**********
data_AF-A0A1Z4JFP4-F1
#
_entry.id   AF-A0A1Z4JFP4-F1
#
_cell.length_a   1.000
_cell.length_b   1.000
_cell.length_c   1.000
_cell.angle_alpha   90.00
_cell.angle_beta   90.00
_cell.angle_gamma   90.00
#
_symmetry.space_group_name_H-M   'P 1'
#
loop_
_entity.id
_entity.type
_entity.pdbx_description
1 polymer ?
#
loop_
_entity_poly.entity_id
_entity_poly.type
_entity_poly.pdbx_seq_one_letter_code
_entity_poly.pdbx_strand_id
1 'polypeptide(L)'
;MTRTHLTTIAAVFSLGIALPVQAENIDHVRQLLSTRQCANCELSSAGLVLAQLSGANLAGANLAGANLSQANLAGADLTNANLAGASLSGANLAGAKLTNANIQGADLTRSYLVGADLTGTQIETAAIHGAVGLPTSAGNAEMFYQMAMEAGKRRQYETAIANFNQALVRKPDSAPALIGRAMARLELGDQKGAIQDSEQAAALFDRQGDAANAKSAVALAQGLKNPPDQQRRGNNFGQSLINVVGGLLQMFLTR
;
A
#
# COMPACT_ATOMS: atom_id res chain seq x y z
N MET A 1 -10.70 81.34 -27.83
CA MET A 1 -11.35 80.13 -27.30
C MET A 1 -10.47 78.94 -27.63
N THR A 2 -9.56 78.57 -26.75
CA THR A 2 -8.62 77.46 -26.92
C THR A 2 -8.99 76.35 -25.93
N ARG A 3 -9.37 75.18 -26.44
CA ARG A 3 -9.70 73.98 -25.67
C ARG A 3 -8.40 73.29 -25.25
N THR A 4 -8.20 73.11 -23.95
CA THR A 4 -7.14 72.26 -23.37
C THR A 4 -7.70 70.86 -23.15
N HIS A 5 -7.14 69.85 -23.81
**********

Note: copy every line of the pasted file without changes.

data_AF-A0A1Z4JFP4-F1
#
_entry.id   AF-A0A1Z4JFP4-F1
#
_cell.length_a   1.000
_cell.length_b   1.000
_cell.length_c   1.000
_cell.angle_alpha   90.00
_cell.angle_beta   90.00
_cell.angle_gamma   90.00
#
_symmetry.space_group_name_H-M   'P 1'
#
loop_
_entity.id
_entity.type
_entity.pdbx_description
1 polymer ?
#
loop_
_entity_poly.entity_id
_entity_poly.type
_entity_poly.pdbx_seq_one_letter_code
_entity_poly.pdbx_strand_id
1 'polypeptide(L)'
;MTRTHLTTIAAVFSLGIALPVQAENIDHVRQLLSTRQCANCELSSAGLVLAQLSGANLAGANLAGANLSQANLAGADLTNANLAGASLSGANLAGAKLTNANIQGADLTRSYLVGADLTGTQIETAAIHGAVGLPTSAGNAEMFYQMAMEAGKRRQYETAIANFNQALVRKPDSAPALIGRAMARLELGDQKGAIQDSEQAAALFDRQGDAANAKSAVALAQGLKNPPDQQRRGNNFGQSLINVVGGLLQMFLTR
;
A
#
# COMPACT_ATOMS: atom_id res chain seq x y z
N MET A 1 -10.70 81.34 -27.83
CA MET A 1 -11.35 80.13 -27.30
C MET A 1 -10.47 78.94 -27.63
N THR A 2 -9.56 78.57 -26.75
CA THR A 2 -8.62 77.46 -26.92
C THR A 2 -8.99 76.35 -25.93
N ARG A 3 -9.37 75.18 -26.44
CA ARG A 3 -9.70 73.98 -25.67
C ARG A 3 -8.40 73.29 -25.25
N THR A 4 -8.20 73.11 -23.95
CA THR A 4 -7.14 72.26 -23.37
C THR A 4 -7.70 70.86 -23.15
N HIS A 5 -7.14 69.85 -23.81